Before kicking off today’s Rum Rebellion, a short announcement. It’s not a particularly important one. Rather, it’s just a heads up if you’re interested in this sort of thing.
I’m on Twitter…again.
If you want to follow me, again, I’m @gcanavan2.
Right then, let’s get into it…
The S&P 500 and the NASDAQ both rallied to new all-time highs overnight. But the Dow Jones Industrials couldn’t quite join the party.
I’m not sure if that’s significant or not.
But I do know it really puts this week’s interest rate decision and associated comments by the Fed into focus.
The Fed will announce its decision on Wednesday afternoon, US time. The market believes a rate cut is a certainty. The odds are at 91%. That will make it 75 basis points of cuts this year.
If the Fed signals that it is open to further cuts, perhaps as soon as the December meeting, expect stocks to shoot higher. But if it hints that the easing is over for now, expect profit taking to kick in.
It’s not only loose monetary policy pushing US stocks higher. Fiscal policy is more than doing its bit. From the Financial Times:
‘The US government’s annual budget deficit swelled to $984bn in fiscal 2019, the most in seven years, despite Donald Trump’s pledge to tame government spending as president. Lower tax revenues and higher military spending contributed to the growing figure, which is $205bn higher than the prior fiscal year, the US Treasury said on Friday. That brought the deficit up 0.8 percentage points to 4.6 per cent of economic output.’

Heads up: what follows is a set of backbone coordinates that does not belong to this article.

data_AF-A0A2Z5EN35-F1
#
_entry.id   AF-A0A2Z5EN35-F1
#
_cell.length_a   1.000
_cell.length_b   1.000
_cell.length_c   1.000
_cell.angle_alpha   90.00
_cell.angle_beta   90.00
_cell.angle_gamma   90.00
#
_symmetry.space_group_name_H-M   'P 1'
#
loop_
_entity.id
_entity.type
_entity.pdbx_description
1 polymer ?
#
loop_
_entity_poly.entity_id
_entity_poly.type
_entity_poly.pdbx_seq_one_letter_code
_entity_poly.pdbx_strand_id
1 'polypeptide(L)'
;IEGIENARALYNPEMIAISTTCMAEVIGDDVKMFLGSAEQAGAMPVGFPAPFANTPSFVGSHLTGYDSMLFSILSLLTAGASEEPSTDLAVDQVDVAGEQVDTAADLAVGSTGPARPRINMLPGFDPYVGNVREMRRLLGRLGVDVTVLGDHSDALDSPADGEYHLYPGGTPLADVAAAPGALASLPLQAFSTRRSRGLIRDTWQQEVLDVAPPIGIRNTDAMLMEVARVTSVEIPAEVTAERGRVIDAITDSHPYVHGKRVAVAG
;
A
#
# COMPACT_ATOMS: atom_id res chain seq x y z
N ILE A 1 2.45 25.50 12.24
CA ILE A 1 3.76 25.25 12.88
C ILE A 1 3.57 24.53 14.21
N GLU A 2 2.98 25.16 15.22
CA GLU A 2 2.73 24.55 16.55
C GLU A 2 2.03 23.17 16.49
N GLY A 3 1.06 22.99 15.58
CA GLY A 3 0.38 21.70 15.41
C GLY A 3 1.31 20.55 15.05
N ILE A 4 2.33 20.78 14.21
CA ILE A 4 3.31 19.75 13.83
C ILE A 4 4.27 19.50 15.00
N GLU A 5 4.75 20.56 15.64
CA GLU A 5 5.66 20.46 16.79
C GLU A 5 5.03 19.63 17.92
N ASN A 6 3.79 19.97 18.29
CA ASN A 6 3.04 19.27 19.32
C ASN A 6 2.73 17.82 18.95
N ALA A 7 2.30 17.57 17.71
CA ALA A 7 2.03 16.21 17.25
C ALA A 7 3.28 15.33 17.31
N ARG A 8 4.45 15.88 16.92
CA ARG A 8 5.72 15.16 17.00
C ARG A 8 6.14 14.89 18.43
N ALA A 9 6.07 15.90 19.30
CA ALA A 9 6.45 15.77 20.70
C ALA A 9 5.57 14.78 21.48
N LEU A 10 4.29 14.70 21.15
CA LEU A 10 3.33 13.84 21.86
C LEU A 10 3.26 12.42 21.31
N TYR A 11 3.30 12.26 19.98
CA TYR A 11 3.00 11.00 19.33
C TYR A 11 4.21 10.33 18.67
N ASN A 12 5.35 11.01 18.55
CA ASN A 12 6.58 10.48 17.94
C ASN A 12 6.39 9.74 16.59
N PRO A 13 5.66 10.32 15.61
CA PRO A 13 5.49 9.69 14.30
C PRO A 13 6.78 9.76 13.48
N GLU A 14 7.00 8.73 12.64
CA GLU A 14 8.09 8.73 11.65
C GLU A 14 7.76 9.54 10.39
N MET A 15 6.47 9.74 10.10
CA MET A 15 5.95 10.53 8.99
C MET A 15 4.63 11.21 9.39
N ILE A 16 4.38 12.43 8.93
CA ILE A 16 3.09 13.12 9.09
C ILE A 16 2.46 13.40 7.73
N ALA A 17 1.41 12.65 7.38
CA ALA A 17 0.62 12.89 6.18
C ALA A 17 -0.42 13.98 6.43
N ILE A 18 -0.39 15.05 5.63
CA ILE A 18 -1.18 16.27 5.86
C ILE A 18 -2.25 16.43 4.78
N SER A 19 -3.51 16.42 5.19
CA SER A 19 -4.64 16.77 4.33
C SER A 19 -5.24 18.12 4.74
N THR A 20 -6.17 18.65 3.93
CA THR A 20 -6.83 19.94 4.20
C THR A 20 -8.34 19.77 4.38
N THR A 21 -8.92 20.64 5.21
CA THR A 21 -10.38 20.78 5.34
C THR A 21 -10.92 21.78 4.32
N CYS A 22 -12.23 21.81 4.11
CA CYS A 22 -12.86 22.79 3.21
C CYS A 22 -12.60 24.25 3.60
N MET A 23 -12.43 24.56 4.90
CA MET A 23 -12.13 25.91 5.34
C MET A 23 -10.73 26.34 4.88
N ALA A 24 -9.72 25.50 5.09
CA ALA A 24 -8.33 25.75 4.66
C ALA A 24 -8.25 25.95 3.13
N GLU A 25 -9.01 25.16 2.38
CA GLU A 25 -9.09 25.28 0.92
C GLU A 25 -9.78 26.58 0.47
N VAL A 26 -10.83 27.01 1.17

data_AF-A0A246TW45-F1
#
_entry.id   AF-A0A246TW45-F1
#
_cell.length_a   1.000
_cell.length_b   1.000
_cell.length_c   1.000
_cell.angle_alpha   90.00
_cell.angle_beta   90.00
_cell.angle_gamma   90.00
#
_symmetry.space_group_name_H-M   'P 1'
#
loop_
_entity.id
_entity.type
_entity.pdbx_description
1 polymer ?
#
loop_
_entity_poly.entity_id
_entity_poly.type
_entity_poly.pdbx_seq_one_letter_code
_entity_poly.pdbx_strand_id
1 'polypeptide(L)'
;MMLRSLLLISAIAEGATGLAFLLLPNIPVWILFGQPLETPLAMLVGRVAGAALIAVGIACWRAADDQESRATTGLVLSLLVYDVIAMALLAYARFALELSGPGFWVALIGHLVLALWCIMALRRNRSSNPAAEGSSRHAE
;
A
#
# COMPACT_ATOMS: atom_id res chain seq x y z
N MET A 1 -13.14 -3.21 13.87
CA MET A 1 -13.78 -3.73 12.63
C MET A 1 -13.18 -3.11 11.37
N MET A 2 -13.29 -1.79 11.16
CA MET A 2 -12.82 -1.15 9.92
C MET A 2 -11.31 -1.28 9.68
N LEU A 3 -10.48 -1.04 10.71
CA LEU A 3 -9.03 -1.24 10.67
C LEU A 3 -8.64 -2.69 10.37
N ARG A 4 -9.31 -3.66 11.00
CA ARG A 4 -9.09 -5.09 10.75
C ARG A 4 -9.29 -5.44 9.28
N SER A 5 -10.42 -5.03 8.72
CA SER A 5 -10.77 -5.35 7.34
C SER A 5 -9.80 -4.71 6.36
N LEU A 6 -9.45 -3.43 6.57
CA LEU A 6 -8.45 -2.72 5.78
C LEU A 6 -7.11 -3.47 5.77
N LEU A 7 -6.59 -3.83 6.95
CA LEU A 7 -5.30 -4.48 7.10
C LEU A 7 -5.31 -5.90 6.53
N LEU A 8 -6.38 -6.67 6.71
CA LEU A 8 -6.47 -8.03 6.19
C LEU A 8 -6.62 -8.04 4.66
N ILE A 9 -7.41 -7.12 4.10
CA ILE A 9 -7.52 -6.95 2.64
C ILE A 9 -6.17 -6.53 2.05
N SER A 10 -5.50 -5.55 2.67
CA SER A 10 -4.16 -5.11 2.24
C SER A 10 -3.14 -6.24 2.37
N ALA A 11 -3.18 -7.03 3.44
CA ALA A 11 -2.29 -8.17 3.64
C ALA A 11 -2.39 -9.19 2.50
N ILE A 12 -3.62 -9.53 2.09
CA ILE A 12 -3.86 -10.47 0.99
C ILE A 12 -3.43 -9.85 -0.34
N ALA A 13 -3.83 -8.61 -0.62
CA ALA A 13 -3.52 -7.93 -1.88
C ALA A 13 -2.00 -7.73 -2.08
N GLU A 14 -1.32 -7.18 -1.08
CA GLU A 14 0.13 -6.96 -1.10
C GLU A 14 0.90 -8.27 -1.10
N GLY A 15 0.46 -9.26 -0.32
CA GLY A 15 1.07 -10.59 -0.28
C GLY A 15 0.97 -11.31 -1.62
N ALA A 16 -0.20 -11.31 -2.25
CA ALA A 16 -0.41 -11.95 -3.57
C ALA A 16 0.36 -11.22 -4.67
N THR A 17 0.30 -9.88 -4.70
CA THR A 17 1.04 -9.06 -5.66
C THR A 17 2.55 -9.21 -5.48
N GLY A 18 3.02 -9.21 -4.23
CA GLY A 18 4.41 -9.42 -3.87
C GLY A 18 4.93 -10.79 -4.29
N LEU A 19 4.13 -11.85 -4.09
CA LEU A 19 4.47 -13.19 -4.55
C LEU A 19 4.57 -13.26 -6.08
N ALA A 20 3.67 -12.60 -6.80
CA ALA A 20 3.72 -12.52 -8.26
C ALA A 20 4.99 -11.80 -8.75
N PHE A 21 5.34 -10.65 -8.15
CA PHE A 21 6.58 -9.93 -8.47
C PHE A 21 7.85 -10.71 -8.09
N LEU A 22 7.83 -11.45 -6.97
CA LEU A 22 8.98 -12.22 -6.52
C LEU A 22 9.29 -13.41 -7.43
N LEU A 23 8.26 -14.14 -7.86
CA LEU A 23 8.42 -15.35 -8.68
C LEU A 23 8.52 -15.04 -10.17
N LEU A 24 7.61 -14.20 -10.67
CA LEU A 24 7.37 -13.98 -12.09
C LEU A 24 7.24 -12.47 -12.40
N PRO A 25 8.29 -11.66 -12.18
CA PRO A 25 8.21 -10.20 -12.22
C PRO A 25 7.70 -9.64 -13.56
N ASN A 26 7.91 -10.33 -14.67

Loose monetary policy and loose government spending make for a heady mix. Stock markets love it.
The Explosion of Debt in Australia…
We could be in a similar situation in Australia in a few years. Right now, fiscal discipline is a political imperative. The government is determined to deliver a surplus this financial year.
It’s their way of proving that they’re a financially responsible government. And it’s our way of believing that we’re financially responsible citizens.
But we’re delusional. We’re soaked to our bone in debt. Total government debt is now just over $1 trillion. (Let’s not talk about it, but household sector debt is nearly $2.6 trillion.) The chart below shows how much things have gotten out of hand since the financial crisis.
The period covers both Labor and Coalition governments. Both are spendthrifts. Keep in mind this explosion of debt occurred during unprecedented demand for our iron ore and coal, which in turn generates strong tax receipts for the government.
Not to mention an unprecedented property boom which generated billions in stamp duty for state governments too. This explains why the state and local government debt hasn’t exploded.
What have we got in return for all this debt?
Our taxes certainly aren’t lower. As a percentage of GDP, the Federal Government’s tax take is just under 25%. In 2011 it was around 20%.
Are the services provided by the government better? I have no idea, but I doubt it.
Is the government bigger?